As Arthur Klebanoff puts it, his 10-year-old company, Rosetta Books, "went eight years into the desert along with the rest of the e-book business, but the critical thing was, we didn't die." When Klebanoff, who also owns the Scott Meredith Literary Agency, launched Rosetta in 2001 to publish backlist e-books, the e-book market was a fraction of its size today. But now, Klebanoff said, with the e-book market exploding, the times have finally caught up to Rosetta's business model.
According to Klebanoff, the company's revenue is over $1.5 million and it currently has 300 e-books in its catalogue, with expectations to pass the 500-title mark by the end of the year.
The backlist business, which Klebanoff has been chasing for years, is finally starting to fall into place. "Yes, Open Road is a competitor and, yes, obviously the big six and some other publishers have digital units, but those units are overwhelmingly focused on frontlist."
The company is also expanding its original content, and Klebanoff expects to have more than 100 e-originals by the end of 2011. With very few traditional houses investing in e-book originals—something Klebanoff thinks could shift soon—the market for short, inexpensive content is wide open. Klebanoff has been watching the Kindle Singles program (see p. 6) and thinks the demand for content in the 99-cent to $2.99 range is significant. Citing the handful of digital self-publishing success stories, people like Amanda Hocking and John Locke, who both sold well on Amazon with e-books priced well below the reigning $12–$14 price point for traditionally published frontlist titles, Klebanoff thinks readers are hungry for good, cheap titles. "You've got this huge number of new titles available at the $12, $13, and $14 price point, because of the agency model, so $1.99 and $2.99 becomes very attractive. What we're trying to do, in selected categories, is put forward high- quality material at a very attractive price point."
The original material Klebanoff is signing is taking a number of forms. He recently struck a deal with Northstar, a leading B-to-B travel publisher, to do short city guides priced almost universally at $2.99. The Destination series—there are 32 guides available now ranging from Destination Rome to Destination Washington, D.C.—was culled from the company's database of information and condensed to 12,000-word editions that include information on what to do, along with details on hotel rankings. Klebanoff has also closed a deal to release largely unpublished, and mostly unavailable, science fiction novellas that originally appeared in the popular genre publication from the 1960s, Galaxy magazine. Klebanoff licensed the rights to the 25 titles from agents or estates; the e-books will be 15,000–20,000 words and feature a commissioned foreword. In a similar program, but in the true crime field, the e-publisher will be releasing a series of 12,000–15,000-word Singles edited by Marilyn Bardsley, of the popular online site www.crimelibrary.com, which is owned by Court TV.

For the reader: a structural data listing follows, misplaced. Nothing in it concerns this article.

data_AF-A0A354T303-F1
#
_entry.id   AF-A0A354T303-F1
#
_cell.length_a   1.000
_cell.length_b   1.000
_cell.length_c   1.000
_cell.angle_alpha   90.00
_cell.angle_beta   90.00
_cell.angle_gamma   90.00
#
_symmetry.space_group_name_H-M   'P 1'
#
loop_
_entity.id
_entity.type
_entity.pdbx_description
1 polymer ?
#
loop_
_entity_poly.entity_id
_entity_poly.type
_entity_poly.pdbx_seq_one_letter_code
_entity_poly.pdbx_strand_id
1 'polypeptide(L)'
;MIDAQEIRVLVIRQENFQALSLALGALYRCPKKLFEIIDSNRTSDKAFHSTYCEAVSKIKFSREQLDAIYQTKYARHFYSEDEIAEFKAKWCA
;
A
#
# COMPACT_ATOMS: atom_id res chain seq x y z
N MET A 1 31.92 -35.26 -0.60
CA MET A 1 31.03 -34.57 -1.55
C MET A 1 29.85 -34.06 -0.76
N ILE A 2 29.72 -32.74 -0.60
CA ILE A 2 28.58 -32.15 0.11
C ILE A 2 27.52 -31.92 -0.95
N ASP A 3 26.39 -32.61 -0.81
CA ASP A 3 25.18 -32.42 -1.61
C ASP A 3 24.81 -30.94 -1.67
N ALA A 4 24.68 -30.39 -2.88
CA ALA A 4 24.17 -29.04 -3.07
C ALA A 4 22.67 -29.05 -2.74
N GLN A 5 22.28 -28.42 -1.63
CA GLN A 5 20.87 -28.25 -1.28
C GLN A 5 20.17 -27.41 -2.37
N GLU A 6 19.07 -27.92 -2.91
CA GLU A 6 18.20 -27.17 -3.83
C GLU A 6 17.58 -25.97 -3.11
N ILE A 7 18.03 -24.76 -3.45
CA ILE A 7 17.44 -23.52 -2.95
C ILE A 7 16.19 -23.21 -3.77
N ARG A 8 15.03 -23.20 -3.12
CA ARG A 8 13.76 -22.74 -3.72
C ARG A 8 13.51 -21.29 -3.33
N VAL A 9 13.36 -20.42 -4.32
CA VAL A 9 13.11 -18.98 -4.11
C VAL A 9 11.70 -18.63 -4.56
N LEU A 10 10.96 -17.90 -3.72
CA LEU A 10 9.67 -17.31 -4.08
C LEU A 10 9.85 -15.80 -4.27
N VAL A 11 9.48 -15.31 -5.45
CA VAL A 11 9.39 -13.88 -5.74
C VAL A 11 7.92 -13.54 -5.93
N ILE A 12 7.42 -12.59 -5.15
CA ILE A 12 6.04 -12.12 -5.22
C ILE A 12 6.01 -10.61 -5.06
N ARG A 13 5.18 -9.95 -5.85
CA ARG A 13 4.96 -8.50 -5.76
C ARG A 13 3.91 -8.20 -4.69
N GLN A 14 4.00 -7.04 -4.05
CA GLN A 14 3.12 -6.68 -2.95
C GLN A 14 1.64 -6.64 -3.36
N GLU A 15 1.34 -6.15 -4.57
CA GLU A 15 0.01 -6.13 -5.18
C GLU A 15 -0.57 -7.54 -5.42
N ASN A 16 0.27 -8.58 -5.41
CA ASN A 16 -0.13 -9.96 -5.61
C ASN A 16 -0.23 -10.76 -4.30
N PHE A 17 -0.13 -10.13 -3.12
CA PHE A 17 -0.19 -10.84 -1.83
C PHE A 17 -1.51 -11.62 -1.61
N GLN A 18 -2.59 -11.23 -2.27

Klebanoff also has some proof that the low-price model works. Rosetta was a participant in Amazon's recent promotion with a number of publishers, in which 600 titles were cut down in price to either $1.99 or 99 cents. Klebanoff said that with the price drop, Rosetta needed to sell three times as many copies of the titles during the two weeks of the promotion. While Klebanoff could not provide figures due to Amazon's restrictions, he said Rosetta did "hugely more business" than what was required to break even.